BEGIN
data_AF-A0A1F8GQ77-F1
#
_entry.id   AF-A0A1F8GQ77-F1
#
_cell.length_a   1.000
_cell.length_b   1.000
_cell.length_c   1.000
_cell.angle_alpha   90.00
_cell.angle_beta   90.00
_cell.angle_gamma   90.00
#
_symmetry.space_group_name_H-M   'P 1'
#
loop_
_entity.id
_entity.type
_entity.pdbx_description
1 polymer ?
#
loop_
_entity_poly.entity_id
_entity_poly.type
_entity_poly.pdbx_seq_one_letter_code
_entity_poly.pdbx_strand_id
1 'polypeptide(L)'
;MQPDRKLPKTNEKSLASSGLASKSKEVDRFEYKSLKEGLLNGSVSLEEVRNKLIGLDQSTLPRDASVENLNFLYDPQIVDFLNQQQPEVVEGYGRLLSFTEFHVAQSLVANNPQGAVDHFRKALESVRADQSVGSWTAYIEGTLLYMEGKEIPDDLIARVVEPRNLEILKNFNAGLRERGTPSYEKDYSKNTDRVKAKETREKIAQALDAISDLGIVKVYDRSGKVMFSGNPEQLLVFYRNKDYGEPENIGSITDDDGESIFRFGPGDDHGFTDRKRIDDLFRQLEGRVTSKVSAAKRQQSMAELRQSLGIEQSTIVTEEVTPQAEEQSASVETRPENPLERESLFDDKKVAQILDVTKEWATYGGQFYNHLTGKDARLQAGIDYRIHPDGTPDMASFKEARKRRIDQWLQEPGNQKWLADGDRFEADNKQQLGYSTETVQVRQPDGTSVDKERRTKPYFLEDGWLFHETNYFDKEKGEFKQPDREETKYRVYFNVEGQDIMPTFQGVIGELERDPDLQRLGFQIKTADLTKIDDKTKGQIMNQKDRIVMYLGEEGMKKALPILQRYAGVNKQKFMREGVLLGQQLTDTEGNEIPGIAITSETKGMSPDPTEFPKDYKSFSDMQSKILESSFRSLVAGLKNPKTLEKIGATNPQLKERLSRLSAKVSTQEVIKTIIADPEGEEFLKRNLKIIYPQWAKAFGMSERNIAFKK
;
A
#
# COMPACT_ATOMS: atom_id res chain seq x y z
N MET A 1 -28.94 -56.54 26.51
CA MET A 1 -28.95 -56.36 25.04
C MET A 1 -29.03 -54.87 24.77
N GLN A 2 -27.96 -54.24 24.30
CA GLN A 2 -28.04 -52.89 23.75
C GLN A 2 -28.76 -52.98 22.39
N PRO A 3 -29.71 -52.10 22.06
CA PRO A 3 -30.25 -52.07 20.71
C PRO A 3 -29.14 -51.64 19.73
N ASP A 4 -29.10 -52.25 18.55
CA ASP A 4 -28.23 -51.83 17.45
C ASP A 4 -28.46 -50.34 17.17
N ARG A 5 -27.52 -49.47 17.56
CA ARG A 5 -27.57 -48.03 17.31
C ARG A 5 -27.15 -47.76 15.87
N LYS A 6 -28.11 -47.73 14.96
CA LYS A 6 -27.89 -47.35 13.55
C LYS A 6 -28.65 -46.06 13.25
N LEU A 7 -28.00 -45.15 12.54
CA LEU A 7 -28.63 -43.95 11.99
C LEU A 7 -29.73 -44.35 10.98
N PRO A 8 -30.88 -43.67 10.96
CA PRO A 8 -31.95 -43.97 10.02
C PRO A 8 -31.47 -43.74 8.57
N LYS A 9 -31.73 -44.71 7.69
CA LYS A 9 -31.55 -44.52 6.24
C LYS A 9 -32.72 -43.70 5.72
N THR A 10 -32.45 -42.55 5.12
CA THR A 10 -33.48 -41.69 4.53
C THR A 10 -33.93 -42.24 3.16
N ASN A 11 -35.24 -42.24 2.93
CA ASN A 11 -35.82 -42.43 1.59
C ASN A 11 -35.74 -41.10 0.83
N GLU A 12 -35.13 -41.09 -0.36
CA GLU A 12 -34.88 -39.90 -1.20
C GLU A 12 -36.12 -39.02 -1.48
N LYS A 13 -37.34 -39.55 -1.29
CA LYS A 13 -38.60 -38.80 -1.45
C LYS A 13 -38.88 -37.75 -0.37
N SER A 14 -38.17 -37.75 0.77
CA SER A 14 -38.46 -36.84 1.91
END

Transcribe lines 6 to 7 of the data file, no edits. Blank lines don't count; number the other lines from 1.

_cell.length_b   1.000
_cell.length_c   1.000